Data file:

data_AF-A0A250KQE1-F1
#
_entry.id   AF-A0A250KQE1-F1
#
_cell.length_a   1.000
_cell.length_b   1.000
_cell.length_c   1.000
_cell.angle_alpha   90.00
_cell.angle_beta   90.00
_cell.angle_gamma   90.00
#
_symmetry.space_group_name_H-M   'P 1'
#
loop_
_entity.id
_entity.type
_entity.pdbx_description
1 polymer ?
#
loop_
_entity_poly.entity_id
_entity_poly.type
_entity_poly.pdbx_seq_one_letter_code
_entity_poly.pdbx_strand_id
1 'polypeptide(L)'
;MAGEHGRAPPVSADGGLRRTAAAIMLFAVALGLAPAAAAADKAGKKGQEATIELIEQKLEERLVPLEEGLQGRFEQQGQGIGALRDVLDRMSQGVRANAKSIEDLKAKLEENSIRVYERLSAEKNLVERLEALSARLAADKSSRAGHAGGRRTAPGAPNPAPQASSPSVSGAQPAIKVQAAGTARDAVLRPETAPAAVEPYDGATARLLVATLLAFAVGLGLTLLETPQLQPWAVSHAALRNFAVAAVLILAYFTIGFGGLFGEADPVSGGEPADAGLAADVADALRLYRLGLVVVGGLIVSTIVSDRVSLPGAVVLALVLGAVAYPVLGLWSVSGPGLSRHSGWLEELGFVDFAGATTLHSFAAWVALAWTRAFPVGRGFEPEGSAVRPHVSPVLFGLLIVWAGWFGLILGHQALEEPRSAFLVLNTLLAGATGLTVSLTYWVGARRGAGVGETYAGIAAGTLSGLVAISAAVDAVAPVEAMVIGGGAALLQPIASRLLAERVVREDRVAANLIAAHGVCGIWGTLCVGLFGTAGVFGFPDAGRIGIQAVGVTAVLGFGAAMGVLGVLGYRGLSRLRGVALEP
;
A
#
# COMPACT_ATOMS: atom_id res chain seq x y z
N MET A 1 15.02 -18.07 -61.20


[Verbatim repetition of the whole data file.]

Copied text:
data_AF-A0A250KQE1-F1
#
_entry.id   AF-A0A250KQE1-F1
#
_cell.length_a   1.000
_cell.length_b   1.000
_cell.length_c   1.000
_cell.angle_alpha   90.00
_cell.angle_beta   90.00
_cell.angle_gamma   90.00
#
_symmetry.space_group_name_H-M   'P 1'
#
loop_
_entity.id
_entity.type
_entity.pdbx_description
1 polymer ?
#
loop_
_entity_poly.entity_id
_entity_poly.type
_entity_poly.pdbx_seq_one_letter_code
_entity_poly.pdbx_strand_id
1 'polypeptide(L)'
;MAGEHGRAPPVSADGGLRRTAAAIMLFAVALGLAPAAAAADKAGKKGQEATIELIEQKLEERLVPLEEGLQGRFEQQGQGIGALRDVLDRMSQGVRANAKSIEDLKAKLEENSIRVYERLSAEKNLVERLEALSARLAADKSSRAGHAGGRRTAPGAPNPAPQASSPSVSGAQPAIKVQAAGTARDAVLRPETAPAAVEPYDGATARLLVATLLAFAVGLGLTLLETPQLQPWAVSHAALRNFAVAAVLILAYFTIGFGGLFGEADPVSGGEPADAGLAADVADALRLYRLGLVVVGGLIVSTIVSDRVSLPGAVVLALVLGAVAYPVLGLWSVSGPGLSRHSGWLEELGFVDFAGATTLHSFAAWVALAWTRAFPVGRGFEPEGSAVRPHVSPVLFGLLIVWAGWFGLILGHQALEEPRSAFLVLNTLLAGATGLTVSLTYWVGARRGAGVGETYAGIAAGTLSGLVAISAAVDAVAPVEAMVIGGGAALLQPIASRLLAERVVREDRVAANLIAAHGVCGIWGTLCVGLFGTAGVFGFPDAGRIGIQAVGVTAVLGFGAAMGVLGVLGYRGLSRLRGVALEP
;
A
#
# COMPACT_ATOMS: atom_id res chain seq x y z
N MET A 1 15.02 -18.07 -61.20